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mRNA COVID-19 vaccines are less effective against Omicron infections than other variants. A study publishing December 1st in the open access journal PLOS Medicine by Margaret L. Lind at the Yale School of Public Health, U.S. and colleagues suggests that the additional protection offered by the initial booster shot may be reduced among people with a previous COVID-19 infection.
Evidence indicates that primary (two-dose) and original booster mRNA (third dose) vaccination significantly reduces the risk of Omicron-related infection and severe outcomes in the general population. However, the benefit of mRNA COVID-19 vaccination in people who have previously experienced infection remains unclear.
In order to estimate the effectiveness of mRNA vaccination against Omicron infection among people with a prior documented infection, the researchers conducted a test-negative case control study using health records obtained through a COVID-19 study of vaccine-eligible people older than five who had at least one SARS-CoV-2 test in the Yale New Haven Health system electronic medical records.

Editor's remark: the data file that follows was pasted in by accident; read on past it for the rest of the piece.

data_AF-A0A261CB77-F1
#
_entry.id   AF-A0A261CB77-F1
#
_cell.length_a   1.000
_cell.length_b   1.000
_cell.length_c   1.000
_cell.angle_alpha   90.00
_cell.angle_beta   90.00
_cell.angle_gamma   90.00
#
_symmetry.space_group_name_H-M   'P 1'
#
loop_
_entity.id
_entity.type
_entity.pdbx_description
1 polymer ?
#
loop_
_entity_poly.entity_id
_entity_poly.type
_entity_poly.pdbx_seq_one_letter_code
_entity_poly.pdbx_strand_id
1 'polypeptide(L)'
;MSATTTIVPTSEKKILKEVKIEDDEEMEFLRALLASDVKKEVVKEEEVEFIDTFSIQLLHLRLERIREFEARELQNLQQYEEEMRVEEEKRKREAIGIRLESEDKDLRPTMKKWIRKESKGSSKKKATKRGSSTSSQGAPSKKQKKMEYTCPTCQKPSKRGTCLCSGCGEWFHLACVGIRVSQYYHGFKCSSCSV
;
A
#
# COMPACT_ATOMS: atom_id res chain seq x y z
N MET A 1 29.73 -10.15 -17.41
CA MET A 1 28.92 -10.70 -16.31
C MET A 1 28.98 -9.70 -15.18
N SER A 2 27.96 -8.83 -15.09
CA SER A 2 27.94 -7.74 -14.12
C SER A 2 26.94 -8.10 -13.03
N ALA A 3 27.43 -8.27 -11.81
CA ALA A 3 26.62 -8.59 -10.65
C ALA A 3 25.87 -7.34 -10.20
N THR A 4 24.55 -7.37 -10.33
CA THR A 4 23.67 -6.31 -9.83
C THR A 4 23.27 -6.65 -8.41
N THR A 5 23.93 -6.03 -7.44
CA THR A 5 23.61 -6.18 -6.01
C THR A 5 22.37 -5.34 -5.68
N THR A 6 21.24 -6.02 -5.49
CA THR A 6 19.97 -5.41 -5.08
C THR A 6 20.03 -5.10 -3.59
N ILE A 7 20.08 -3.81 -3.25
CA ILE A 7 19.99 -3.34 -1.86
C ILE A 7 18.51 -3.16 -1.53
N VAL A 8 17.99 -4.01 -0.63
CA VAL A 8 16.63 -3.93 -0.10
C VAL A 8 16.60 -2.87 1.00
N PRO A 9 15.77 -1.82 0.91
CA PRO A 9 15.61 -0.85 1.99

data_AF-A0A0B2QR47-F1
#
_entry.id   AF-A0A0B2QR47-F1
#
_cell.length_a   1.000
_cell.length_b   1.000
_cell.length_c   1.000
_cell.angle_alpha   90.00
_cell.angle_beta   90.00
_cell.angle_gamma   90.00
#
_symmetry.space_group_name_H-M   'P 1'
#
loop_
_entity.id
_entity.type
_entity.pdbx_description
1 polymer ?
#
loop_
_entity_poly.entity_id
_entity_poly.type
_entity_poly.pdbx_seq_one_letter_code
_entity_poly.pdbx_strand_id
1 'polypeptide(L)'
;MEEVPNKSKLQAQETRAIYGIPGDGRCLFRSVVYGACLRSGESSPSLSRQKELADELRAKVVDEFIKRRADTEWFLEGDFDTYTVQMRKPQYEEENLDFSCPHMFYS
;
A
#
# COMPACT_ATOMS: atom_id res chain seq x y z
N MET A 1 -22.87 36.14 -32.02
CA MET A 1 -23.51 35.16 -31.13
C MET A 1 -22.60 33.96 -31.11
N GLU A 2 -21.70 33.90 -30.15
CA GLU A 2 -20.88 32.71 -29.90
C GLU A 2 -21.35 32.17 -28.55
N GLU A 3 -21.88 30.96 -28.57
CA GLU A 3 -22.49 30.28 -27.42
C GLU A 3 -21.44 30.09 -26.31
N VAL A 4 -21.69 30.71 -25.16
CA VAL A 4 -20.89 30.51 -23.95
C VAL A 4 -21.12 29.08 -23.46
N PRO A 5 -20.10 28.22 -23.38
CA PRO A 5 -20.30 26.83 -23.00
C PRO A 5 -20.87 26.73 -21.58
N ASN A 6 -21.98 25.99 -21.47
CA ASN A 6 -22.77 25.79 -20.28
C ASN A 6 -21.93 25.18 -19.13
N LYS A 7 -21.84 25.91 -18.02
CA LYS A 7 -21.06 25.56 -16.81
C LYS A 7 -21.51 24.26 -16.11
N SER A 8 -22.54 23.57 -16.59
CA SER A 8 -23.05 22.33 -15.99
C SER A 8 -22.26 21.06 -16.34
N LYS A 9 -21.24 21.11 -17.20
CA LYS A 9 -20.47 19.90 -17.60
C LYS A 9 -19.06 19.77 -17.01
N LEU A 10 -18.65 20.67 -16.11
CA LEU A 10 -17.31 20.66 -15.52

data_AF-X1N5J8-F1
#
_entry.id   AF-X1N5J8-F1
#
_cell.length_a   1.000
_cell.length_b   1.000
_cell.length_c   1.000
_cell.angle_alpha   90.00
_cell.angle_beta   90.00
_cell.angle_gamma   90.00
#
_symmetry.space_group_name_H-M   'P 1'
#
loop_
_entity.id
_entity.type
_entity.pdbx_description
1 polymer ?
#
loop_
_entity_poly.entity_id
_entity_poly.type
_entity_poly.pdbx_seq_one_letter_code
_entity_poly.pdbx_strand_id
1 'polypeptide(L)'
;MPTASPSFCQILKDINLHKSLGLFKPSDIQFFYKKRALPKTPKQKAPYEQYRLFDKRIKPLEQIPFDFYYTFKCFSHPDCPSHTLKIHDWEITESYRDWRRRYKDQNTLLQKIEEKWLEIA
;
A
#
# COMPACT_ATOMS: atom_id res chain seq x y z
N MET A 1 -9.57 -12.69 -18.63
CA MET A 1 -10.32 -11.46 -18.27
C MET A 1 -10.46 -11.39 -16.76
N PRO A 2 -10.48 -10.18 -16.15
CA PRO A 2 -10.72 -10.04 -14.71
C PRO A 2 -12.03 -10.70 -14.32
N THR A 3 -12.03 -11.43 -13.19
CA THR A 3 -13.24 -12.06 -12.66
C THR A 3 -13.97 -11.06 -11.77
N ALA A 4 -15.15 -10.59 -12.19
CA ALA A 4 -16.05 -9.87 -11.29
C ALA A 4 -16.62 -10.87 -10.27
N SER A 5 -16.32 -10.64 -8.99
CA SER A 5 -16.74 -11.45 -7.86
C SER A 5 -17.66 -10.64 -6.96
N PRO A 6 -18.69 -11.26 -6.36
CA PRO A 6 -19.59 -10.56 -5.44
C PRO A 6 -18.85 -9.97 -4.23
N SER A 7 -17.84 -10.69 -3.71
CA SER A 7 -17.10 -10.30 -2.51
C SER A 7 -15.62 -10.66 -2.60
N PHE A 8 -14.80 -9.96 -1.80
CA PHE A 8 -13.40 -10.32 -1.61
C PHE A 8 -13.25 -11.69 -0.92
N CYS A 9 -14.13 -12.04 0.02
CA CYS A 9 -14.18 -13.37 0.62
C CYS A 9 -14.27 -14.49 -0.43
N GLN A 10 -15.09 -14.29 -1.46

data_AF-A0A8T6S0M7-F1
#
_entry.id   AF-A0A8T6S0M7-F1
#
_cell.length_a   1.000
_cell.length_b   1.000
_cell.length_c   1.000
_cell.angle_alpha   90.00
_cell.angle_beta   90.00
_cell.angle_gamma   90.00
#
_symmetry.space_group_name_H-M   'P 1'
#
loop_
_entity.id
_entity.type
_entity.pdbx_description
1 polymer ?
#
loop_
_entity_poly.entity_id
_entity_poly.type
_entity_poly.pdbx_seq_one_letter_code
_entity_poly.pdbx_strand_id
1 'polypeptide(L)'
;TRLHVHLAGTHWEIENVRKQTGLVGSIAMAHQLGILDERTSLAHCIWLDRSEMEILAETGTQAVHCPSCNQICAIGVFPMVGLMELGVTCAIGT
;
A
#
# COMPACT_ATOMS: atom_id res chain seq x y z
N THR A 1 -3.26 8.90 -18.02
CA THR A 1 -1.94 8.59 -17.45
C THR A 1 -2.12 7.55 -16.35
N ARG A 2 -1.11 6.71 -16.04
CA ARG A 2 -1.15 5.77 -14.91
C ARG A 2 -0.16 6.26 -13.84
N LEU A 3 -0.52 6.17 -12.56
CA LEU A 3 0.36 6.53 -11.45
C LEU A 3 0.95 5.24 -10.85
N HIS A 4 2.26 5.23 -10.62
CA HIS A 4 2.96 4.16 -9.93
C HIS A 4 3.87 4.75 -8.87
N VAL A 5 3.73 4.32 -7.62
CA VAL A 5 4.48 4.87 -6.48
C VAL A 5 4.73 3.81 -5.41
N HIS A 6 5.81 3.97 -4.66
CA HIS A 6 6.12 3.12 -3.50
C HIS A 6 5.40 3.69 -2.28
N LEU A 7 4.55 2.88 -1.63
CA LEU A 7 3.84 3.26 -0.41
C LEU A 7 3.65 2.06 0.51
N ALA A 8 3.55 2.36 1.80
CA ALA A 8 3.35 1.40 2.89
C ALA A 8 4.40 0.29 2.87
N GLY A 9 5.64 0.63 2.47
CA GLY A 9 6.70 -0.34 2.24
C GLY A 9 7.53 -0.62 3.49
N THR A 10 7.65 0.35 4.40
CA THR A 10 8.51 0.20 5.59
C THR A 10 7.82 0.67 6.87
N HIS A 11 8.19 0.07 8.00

The study group included 11,307 people who tested positive for SARS-CoV-2 between November 1, 2021 and April 30, 2022 as well as 130,041 control cases who tested negative in the same time period. The researchers then estimated vaccine effectiveness against infection and additionally whether an original booster dose was associated with increased protection beyond primary vaccination. This was achieved by comparing the odds of infection between boosted and booster-eligible people with and without a documented prior infection.
The researchers found that primary vaccination provided protection against Omicron infection among people with and without a documented prior infection. While original booster vaccination was associated with additional protection against Omicron infection in people without a documented prior infection, it was not found to be associated with additional protection among people with a documented prior infection.
The researchers emphasize that while the initial booster may not provide additional benefits in preventing Omicron infection in some people, it still offers the best protection against severe illness and hospitalization, according to previous studies. This study was limited to Omicron infections and should be considered alongside other existing and future studies examining the relative benefits of booster doses against severe COVID-19 disease among people with and without prior infections. Additionally, this analysis was conducted prior to the distribution of the bivalent COVID-19 booster and the findings are limited to associations between the original vaccines and Omicron infection.
Lind adds, “In this retrospective study, we found that primary mRNA vaccination provides moderate protection against Omicron (BA.1 lineage) infection regardless of prior infection history. However, the relative benefits of an original booster dose against Omicron infection may be affected by a person’s history of prior SARS-CoV-2 infection.”